Implicit theories of innovativeness: a cross-cultural analysis
This study reveals and examines cultural differences in values, implicit theories of innovativeness, and attitudes toward innovation across three ethnocultural groups: Russians, representatives of the peoples of North Caucasus (Ingush and Chechens), and Tuvins (N = 801). Individual theories of innovativeness appeared to be more pronounced in Russians, whereas social theories of innovativeness are more discernible in respondents from the North Caucasus and Tuva. Using structural equation modeling, we identified a culturally universal model of value effects (direct and mediated by implicit theories of innovativeness) on attitudes toward innovation. The study demonstrates how the direct negative impact of Conservation values on positive attitudes toward innovation is transformed into a positive impact that promotes the acceptance of innovation through the mediating role of implicit theories of innovativeness. This study sheds light on the important mediating role of implicit theories of innovativeness on the impact of individual values on attitudes toward innovation in different cultures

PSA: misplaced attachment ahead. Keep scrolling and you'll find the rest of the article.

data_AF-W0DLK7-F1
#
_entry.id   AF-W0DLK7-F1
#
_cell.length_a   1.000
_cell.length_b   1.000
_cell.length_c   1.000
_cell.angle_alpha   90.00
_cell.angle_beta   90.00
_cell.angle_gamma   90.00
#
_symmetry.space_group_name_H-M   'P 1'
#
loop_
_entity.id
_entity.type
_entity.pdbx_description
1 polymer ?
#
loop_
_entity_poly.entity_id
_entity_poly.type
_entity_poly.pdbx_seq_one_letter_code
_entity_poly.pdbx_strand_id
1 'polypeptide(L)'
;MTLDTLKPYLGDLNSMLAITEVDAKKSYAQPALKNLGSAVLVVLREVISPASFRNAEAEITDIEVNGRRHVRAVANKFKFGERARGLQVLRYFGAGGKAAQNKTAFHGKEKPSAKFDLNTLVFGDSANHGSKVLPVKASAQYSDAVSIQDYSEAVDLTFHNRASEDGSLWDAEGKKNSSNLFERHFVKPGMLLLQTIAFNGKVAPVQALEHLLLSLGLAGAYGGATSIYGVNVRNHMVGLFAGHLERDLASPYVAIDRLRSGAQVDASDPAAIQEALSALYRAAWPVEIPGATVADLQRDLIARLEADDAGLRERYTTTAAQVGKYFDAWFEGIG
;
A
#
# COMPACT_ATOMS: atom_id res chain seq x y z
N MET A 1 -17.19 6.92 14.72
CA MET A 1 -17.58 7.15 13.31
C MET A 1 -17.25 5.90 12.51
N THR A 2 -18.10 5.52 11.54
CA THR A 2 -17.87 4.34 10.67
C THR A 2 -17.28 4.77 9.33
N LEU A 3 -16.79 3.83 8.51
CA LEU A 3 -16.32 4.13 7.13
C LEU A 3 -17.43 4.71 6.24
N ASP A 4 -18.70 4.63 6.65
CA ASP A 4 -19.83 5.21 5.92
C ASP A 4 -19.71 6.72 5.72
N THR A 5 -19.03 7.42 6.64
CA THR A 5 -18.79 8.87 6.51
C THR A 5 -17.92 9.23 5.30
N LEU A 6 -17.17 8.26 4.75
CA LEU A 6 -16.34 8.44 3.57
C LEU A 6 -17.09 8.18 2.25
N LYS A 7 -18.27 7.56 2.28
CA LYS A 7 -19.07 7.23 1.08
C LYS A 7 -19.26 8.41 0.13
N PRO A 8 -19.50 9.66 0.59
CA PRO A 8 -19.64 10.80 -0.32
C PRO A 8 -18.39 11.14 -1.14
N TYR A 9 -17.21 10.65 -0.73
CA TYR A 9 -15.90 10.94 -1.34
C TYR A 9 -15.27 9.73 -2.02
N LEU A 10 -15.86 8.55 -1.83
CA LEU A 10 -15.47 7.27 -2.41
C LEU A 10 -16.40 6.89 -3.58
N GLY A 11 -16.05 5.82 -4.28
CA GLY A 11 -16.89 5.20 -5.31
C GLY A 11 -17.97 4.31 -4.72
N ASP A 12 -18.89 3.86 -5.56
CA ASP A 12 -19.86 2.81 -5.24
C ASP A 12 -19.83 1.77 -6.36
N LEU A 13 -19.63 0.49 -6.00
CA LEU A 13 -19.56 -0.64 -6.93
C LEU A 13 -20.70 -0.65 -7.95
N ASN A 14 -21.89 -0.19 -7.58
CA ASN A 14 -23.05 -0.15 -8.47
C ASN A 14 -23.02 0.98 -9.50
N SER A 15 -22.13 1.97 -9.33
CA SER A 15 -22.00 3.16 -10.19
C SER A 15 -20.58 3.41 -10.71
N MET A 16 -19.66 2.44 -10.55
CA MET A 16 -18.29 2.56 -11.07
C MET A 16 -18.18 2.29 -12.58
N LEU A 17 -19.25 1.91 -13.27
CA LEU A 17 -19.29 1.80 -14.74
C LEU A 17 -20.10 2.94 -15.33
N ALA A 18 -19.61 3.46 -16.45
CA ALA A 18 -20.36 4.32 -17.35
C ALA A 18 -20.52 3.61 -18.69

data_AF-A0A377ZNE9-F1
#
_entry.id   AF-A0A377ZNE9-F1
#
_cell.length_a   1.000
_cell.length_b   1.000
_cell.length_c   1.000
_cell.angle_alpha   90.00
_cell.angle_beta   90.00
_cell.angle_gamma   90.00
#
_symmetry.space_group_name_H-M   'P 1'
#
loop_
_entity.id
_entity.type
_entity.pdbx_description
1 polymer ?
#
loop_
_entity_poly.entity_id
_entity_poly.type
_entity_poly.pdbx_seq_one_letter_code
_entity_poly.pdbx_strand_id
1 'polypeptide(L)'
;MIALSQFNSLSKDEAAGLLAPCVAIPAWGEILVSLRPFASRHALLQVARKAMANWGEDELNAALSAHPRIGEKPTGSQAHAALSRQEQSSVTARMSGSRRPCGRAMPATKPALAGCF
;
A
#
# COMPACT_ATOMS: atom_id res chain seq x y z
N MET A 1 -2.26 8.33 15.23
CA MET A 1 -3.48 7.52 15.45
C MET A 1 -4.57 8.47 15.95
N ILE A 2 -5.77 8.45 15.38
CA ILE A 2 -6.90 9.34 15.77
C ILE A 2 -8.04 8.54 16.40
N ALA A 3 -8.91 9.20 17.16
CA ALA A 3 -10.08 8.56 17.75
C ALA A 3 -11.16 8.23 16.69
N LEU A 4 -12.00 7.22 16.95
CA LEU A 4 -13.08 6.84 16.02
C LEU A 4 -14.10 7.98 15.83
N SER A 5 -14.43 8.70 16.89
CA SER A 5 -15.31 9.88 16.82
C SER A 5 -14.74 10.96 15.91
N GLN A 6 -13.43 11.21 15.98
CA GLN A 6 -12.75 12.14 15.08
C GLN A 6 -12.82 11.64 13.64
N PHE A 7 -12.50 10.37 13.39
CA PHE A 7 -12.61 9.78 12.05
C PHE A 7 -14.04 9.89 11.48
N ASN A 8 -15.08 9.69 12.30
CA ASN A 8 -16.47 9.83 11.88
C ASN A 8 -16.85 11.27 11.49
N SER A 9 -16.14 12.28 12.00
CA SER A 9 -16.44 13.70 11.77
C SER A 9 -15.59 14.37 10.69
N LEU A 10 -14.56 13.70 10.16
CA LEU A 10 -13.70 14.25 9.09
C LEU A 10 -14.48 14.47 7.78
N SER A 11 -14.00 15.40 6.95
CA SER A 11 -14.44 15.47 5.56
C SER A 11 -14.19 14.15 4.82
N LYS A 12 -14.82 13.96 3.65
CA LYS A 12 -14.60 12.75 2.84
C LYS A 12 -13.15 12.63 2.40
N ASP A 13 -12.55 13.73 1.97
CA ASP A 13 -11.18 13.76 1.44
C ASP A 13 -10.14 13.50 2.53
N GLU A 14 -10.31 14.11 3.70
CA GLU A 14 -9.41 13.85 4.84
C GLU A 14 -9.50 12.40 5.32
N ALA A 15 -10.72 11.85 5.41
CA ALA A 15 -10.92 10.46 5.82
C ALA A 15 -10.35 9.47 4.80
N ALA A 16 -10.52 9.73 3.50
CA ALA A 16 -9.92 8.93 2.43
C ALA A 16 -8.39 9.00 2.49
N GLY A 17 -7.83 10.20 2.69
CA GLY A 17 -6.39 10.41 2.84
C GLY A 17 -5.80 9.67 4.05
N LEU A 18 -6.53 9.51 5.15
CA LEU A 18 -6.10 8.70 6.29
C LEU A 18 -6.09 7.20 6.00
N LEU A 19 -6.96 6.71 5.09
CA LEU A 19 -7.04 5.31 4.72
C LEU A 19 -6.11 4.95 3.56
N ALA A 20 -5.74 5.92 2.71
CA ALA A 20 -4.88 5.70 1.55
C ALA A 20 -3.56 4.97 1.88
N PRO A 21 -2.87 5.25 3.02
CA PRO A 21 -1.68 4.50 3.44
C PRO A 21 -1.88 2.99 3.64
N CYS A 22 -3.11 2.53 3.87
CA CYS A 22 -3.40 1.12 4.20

|Date of creation:||2013|
|Date of revision:|
|Publication status:||Published in WP BRP Series: Sociology / SOC, March 2013, pages 1-24|
|Contact details of provider:|| Postal: Myasnitskaya 20, Moscow 101000|
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- Nadezhda Lebedeva & Peter Schmidt, 2013. "Values and Attitudes towards Innovation among Canadian, Chinese and Russian Students," HSE Working papers WP BRP 04/SOC/2013, National Research University Higher School of Economics.
- Grewal, Rajdeep & Mehta, Raj & Kardes, Frank R., 2000. "The role of the social-identity function of attitudes in consumer innovativeness and opinion leadership," Journal of Economic Psychology, Elsevier, vol. 21(3), pages 233-252, June.
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